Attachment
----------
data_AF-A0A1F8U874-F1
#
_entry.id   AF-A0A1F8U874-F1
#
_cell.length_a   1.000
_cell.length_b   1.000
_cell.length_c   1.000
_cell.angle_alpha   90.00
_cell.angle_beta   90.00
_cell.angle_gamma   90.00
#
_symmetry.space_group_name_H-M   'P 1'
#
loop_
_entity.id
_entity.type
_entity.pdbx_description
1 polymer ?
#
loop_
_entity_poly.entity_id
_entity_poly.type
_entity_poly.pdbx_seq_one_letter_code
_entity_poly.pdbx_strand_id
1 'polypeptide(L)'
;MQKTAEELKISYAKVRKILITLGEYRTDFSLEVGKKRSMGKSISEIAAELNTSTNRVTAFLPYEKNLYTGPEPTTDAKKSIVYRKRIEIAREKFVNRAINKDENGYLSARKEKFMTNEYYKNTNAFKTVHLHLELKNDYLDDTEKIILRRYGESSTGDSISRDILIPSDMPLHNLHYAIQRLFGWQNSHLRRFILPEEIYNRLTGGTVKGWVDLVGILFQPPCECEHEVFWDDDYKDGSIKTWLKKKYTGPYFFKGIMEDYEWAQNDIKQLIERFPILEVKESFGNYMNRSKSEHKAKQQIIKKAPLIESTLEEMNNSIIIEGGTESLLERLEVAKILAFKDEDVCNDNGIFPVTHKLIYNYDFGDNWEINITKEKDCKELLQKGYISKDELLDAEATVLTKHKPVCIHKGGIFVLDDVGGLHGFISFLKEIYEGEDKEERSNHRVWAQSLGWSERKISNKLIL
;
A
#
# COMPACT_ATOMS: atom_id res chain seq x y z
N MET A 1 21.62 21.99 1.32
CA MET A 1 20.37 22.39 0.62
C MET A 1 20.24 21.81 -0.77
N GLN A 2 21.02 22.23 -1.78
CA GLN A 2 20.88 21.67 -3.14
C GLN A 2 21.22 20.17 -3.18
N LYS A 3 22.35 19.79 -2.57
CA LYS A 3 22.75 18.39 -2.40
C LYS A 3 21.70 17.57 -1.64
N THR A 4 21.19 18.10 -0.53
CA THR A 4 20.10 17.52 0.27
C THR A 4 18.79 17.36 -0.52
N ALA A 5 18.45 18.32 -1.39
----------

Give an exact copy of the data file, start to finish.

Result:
data_AF-A0A1F8U874-F1
#
_entry.id   AF-A0A1F8U874-F1
#
_cell.length_a   1.000
_cell.length_b   1.000
_cell.length_c   1.000
_cell.angle_alpha   90.00
_cell.angle_beta   90.00
_cell.angle_gamma   90.00
#
_symmetry.space_group_name_H-M   'P 1'
#
loop_
_entity.id
_entity.type
_entity.pdbx_description
1 polymer ?
#
loop_
_entity_poly.entity_id
_entity_poly.type
_entity_poly.pdbx_seq_one_letter_code
_entity_poly.pdbx_strand_id
1 'polypeptide(L)'
;MQKTAEELKISYAKVRKILITLGEYRTDFSLEVGKKRSMGKSISEIAAELNTSTNRVTAFLPYEKNLYTGPEPTTDAKKSIVYRKRIEIAREKFVNRAINKDENGYLSARKEKFMTNEYYKNTNAFKTVHLHLELKNDYLDDTEKIILRRYGESSTGDSISRDILIPSDMPLHNLHYAIQRLFGWQNSHLRRFILPEEIYNRLTGGTVKGWVDLVGILFQPPCECEHEVFWDDDYKDGSIKTWLKKKYTGPYFFKGIMEDYEWAQNDIKQLIERFPILEVKESFGNYMNRSKSEHKAKQQIIKKAPLIESTLEEMNNSIIIEGGTESLLERLEVAKILAFKDEDVCNDNGIFPVTHKLIYNYDFGDNWEINITKEKDCKELLQKGYISKDELLDAEATVLTKHKPVCIHKGGIFVLDDVGGLHGFISFLKEIYEGEDKEERSNHRVWAQSLGWSERKISNKLIL
;
A
#
# COMPACT_ATOMS: atom_id res chain seq x y z
N MET A 1 21.62 21.99 1.32
CA MET A 1 20.37 22.39 0.62
C MET A 1 20.24 21.81 -0.77
N GLN A 2 21.02 22.23 -1.78
CA GLN A 2 20.88 21.67 -3.14
C GLN A 2 21.22 20.17 -3.18
N LYS A 3 22.35 19.79 -2.57
CA LYS A 3 22.75 18.39 -2.40
C LYS A 3 21.70 17.57 -1.64
N THR A 4 21.19 18.10 -0.53
CA THR A 4 20.10 17.52 0.27
C THR A 4 18.79 17.36 -0.52
N ALA A 5 18.45 18.32 -1.39